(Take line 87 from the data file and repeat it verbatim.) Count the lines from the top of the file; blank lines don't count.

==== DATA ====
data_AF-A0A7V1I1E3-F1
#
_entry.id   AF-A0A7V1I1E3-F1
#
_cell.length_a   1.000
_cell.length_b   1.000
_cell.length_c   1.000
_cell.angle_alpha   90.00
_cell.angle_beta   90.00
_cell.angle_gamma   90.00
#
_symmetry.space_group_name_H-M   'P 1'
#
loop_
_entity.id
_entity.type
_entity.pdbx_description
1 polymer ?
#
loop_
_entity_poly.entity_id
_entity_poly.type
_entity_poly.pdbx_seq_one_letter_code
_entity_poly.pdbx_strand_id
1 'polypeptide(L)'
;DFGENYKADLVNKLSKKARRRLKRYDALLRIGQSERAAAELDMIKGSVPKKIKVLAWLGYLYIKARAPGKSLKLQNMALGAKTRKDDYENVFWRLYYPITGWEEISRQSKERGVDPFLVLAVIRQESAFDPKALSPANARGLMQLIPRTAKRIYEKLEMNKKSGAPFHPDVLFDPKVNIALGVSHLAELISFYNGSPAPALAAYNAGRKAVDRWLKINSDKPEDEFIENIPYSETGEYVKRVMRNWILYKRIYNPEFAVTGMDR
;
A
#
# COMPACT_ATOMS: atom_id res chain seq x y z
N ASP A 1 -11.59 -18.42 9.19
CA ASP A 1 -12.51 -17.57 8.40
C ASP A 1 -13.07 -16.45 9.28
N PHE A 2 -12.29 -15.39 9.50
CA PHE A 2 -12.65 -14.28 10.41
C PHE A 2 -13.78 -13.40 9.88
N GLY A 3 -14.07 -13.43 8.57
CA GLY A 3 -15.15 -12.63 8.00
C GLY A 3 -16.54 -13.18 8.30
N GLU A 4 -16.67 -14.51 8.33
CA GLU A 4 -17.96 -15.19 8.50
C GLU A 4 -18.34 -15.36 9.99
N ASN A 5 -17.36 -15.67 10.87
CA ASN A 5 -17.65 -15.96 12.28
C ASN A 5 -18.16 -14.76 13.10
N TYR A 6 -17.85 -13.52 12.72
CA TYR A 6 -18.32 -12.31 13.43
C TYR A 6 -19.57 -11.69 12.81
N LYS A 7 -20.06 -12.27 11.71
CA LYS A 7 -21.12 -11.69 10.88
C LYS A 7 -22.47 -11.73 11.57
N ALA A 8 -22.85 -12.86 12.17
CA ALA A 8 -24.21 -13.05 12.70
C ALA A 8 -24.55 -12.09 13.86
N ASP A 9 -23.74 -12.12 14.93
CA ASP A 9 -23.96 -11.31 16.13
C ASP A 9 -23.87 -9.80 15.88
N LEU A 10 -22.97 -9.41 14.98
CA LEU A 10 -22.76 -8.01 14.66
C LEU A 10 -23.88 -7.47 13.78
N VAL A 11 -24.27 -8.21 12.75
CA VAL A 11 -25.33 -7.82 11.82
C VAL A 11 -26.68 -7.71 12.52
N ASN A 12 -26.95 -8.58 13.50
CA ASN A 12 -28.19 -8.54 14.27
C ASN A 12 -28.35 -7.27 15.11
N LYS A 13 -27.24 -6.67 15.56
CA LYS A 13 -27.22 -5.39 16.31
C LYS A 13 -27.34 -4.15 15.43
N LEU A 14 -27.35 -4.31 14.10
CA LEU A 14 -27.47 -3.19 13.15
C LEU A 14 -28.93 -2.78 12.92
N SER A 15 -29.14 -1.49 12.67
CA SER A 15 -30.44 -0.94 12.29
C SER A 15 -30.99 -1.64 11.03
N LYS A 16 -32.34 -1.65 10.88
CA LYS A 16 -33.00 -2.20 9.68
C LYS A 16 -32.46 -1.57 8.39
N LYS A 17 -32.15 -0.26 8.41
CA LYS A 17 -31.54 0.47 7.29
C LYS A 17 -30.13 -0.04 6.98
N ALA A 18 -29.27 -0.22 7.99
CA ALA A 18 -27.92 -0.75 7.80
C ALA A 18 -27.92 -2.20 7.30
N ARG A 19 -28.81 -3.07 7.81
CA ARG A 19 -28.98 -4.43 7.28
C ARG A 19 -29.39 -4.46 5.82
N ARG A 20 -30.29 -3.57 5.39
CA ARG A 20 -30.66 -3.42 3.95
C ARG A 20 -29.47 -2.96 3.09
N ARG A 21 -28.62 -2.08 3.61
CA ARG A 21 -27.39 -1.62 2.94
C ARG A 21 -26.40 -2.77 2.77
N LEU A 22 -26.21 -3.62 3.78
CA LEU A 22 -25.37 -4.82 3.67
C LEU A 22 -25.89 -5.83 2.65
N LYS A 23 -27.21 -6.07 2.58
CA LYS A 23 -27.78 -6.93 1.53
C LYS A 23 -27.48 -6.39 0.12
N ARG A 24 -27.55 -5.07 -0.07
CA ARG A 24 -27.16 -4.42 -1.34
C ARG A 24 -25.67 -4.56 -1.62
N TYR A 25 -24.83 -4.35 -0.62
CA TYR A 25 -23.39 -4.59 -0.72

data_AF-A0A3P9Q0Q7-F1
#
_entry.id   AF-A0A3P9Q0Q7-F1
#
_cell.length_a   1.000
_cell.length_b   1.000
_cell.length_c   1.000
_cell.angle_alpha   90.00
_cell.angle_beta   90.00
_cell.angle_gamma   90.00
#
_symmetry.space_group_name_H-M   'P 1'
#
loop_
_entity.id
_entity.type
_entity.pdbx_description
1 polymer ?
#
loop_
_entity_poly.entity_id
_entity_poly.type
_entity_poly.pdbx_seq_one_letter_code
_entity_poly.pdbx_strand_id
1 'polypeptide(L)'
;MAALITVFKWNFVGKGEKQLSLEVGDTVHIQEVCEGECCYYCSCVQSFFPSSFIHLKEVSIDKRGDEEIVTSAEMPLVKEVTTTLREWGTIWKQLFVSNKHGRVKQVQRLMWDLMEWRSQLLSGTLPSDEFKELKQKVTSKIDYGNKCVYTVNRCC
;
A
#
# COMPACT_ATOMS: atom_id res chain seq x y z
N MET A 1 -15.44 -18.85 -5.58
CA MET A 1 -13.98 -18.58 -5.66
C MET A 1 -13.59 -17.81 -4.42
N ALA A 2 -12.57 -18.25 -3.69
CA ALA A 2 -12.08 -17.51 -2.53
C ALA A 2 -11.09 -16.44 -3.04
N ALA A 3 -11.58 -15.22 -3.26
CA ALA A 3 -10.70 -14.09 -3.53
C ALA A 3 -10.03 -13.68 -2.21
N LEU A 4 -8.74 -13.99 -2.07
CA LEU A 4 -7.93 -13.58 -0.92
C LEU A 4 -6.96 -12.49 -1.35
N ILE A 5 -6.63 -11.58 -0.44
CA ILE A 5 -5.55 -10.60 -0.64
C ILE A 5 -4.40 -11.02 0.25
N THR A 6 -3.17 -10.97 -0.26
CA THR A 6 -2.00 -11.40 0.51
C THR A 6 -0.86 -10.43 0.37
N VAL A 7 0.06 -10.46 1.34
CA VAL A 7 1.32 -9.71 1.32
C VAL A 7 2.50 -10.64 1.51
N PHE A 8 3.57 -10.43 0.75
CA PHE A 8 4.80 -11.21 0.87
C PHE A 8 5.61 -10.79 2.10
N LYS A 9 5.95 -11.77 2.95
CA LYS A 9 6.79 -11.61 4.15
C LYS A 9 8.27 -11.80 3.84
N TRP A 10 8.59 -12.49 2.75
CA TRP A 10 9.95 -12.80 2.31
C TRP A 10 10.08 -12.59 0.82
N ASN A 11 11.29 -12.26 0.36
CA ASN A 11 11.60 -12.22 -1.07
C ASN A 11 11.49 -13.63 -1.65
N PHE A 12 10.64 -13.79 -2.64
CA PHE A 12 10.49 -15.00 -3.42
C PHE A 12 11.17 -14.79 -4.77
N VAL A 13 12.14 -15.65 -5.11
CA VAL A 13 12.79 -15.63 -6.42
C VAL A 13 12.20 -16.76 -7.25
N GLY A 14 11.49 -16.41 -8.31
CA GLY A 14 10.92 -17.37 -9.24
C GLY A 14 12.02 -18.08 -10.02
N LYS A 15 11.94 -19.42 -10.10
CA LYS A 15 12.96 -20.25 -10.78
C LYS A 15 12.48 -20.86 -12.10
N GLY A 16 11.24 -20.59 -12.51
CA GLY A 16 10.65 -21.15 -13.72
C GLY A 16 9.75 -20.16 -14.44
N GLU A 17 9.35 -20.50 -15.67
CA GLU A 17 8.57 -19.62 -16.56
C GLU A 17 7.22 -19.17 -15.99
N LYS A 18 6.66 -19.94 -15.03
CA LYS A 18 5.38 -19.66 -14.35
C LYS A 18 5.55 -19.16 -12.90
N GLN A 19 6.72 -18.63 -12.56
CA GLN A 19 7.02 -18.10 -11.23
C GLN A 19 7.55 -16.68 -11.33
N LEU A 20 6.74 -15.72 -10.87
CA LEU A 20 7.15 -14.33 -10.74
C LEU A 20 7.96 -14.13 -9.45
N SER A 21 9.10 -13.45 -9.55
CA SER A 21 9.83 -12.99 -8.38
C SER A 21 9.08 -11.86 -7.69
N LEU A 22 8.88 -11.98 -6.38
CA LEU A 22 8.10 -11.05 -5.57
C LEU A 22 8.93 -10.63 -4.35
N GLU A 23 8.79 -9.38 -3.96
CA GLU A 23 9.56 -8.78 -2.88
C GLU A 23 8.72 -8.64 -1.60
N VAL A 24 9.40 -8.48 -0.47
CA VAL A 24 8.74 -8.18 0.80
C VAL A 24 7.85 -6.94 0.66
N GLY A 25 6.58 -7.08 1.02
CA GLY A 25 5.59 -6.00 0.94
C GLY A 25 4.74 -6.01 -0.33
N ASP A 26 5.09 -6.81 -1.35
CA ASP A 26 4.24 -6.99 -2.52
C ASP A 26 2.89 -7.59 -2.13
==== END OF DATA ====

C ARG A 19 -29.39 -4.46 5.82